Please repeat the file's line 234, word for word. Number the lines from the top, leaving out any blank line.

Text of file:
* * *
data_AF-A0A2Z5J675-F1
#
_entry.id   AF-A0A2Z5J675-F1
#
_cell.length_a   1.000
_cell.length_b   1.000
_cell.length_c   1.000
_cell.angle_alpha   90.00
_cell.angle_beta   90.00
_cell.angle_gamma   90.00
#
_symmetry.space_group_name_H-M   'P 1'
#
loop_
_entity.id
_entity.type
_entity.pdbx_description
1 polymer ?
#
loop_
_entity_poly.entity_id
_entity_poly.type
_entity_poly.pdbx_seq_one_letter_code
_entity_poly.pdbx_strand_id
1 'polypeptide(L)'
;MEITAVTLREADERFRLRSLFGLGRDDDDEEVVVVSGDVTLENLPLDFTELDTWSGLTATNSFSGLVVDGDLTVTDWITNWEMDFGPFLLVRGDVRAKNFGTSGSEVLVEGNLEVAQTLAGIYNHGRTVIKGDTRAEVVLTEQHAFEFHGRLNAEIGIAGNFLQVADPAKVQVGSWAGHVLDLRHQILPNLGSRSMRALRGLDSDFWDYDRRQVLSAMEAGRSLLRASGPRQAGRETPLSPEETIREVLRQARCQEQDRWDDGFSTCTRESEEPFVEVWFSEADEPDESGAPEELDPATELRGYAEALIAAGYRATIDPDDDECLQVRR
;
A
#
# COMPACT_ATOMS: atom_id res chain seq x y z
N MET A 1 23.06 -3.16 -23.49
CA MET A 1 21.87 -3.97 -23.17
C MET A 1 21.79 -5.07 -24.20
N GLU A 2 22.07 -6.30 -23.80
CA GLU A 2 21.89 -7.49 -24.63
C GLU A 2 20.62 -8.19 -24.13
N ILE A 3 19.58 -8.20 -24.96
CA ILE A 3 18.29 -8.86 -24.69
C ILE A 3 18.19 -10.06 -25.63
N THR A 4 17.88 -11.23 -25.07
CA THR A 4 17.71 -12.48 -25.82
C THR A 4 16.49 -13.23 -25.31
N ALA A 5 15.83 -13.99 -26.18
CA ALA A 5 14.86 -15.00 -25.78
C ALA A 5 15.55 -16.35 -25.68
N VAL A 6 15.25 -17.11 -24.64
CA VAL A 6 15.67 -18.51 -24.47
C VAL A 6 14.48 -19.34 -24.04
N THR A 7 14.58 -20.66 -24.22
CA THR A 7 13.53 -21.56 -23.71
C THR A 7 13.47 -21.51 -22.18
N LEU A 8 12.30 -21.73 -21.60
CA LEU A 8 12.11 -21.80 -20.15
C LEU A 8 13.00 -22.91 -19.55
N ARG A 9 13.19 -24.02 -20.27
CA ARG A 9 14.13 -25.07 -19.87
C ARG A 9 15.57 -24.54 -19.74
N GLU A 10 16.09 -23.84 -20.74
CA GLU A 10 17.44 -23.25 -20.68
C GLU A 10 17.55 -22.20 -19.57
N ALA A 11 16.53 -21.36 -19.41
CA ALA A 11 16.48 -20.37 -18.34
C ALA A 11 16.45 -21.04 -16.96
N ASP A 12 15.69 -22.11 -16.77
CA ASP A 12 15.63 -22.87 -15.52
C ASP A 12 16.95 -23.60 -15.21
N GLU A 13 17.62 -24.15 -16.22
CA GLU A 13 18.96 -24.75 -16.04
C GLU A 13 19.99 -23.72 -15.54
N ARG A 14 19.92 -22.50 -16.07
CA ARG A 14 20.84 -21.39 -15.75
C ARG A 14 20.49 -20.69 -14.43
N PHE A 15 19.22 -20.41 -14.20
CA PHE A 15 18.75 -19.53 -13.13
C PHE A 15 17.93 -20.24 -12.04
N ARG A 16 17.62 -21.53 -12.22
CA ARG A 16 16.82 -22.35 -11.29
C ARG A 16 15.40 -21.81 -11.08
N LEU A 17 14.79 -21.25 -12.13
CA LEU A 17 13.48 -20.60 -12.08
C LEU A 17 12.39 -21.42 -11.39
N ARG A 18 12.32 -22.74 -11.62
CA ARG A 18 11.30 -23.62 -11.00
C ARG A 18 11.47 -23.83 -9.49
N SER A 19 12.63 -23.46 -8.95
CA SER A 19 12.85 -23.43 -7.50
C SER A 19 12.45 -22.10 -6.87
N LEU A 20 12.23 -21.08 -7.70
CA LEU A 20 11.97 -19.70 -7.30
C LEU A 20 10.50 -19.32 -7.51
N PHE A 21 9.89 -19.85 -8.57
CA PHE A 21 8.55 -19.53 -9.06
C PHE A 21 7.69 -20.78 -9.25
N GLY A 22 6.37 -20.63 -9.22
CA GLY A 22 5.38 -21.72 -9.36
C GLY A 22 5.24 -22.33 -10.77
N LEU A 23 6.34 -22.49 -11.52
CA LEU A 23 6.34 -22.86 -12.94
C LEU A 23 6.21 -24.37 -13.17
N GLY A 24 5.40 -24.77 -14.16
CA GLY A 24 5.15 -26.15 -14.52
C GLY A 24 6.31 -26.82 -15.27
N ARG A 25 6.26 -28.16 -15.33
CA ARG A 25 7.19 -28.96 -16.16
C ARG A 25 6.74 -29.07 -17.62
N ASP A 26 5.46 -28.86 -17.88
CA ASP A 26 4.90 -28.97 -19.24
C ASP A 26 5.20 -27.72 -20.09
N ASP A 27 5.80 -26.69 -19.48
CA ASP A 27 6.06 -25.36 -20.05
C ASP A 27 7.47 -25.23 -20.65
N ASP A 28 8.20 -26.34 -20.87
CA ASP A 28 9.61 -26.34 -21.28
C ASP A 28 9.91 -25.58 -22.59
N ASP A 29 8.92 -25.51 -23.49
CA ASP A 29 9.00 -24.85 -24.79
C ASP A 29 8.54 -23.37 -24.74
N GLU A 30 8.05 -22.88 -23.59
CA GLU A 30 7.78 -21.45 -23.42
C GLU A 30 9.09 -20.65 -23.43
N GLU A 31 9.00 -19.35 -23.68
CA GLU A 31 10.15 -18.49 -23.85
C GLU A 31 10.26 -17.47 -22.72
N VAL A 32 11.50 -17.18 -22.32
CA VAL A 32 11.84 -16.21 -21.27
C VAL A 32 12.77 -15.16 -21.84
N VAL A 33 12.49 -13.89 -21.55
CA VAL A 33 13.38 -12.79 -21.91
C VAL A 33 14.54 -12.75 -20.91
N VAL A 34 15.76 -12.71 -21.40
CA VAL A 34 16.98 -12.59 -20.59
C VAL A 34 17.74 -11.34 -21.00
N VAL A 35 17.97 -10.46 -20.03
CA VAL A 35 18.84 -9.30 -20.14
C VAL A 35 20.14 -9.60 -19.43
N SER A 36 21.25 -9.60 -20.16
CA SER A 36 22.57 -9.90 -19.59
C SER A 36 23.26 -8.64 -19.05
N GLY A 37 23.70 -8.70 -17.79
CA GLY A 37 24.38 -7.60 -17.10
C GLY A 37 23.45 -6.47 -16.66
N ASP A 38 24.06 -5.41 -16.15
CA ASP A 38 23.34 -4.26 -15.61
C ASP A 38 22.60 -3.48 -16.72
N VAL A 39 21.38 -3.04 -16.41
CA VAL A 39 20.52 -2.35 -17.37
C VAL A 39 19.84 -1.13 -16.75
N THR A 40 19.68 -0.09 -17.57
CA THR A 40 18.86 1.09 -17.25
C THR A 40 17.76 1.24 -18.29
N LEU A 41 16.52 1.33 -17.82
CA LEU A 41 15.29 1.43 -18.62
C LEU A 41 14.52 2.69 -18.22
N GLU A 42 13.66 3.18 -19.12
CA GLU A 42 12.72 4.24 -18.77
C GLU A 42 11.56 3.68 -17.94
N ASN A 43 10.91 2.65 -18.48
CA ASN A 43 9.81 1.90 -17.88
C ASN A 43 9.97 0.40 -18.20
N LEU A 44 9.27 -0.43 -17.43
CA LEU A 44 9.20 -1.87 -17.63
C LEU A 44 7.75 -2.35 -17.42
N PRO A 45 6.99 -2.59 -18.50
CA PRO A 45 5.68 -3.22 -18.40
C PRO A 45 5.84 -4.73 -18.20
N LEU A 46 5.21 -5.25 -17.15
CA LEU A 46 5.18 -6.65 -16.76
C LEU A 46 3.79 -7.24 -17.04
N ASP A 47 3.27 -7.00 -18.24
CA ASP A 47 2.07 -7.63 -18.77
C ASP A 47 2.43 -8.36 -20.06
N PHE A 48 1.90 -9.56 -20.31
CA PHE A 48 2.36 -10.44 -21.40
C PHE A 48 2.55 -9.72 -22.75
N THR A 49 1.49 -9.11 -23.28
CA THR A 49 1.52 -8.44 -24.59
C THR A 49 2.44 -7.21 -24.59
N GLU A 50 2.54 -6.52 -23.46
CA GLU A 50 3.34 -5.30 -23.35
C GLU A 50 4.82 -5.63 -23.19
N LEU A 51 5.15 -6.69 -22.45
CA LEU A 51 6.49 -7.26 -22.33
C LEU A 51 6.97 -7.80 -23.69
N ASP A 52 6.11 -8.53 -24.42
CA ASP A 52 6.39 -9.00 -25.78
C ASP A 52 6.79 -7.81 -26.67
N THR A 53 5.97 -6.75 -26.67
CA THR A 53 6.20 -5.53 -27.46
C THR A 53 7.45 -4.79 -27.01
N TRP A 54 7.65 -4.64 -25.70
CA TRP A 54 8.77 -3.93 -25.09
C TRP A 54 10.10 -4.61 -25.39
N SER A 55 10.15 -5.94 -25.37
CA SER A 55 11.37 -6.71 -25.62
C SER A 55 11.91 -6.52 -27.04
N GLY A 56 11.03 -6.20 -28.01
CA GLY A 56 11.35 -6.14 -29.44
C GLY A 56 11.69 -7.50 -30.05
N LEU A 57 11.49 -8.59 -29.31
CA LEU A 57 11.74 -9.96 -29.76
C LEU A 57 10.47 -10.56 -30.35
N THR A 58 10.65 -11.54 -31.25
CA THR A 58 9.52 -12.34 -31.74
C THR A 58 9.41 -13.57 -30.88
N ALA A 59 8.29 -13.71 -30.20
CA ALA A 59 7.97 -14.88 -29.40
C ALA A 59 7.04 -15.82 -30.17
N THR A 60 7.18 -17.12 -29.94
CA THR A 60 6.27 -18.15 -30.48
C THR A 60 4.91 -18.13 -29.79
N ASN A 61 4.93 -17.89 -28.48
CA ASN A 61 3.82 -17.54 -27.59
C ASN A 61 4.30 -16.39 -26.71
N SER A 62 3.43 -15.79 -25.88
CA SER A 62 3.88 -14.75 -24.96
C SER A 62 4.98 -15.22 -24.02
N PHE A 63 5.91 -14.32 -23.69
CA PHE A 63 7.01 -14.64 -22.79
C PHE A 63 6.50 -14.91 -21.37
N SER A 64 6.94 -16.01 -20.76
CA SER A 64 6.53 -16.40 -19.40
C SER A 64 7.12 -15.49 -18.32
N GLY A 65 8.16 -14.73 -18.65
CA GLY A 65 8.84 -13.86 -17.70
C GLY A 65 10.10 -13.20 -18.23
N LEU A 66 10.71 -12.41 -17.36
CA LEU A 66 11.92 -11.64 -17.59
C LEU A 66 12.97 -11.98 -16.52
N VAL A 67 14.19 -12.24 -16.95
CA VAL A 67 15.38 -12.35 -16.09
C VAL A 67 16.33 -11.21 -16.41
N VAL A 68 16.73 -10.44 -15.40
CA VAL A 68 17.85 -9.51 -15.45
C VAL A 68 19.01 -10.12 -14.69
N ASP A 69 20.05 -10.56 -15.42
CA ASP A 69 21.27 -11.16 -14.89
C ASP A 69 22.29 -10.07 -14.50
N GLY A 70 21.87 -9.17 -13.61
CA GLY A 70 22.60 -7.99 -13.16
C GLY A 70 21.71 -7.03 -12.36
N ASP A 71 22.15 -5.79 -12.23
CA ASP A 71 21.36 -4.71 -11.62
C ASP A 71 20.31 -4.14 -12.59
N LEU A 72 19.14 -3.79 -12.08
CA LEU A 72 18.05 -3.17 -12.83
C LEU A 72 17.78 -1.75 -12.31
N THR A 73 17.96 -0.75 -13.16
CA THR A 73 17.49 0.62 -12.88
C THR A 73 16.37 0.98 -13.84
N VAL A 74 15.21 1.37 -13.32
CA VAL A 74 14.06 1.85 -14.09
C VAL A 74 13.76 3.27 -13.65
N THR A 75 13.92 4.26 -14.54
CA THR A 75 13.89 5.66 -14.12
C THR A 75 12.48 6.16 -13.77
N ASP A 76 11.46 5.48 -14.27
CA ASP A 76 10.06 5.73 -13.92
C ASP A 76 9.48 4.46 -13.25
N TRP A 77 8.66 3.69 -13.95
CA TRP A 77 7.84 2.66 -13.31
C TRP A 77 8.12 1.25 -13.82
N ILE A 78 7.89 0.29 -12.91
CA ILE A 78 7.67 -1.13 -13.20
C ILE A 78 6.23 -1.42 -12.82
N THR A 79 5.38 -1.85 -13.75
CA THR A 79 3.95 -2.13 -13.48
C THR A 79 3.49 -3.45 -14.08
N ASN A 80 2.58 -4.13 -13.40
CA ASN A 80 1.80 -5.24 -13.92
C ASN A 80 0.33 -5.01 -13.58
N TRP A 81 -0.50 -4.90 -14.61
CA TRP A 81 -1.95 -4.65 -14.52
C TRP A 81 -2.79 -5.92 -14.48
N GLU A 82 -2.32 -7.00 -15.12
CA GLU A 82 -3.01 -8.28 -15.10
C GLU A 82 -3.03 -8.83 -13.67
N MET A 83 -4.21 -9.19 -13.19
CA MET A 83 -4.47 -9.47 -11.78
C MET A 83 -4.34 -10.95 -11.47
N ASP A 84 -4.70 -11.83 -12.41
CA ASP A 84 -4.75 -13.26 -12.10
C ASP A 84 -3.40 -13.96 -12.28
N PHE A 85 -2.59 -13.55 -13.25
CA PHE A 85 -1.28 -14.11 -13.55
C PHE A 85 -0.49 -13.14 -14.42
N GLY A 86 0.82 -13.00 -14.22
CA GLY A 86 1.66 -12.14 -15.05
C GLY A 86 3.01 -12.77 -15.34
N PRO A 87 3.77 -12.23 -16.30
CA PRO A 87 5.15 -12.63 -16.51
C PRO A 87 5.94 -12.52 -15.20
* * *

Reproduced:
C VAL A 68 19.01 -10.12 -14.69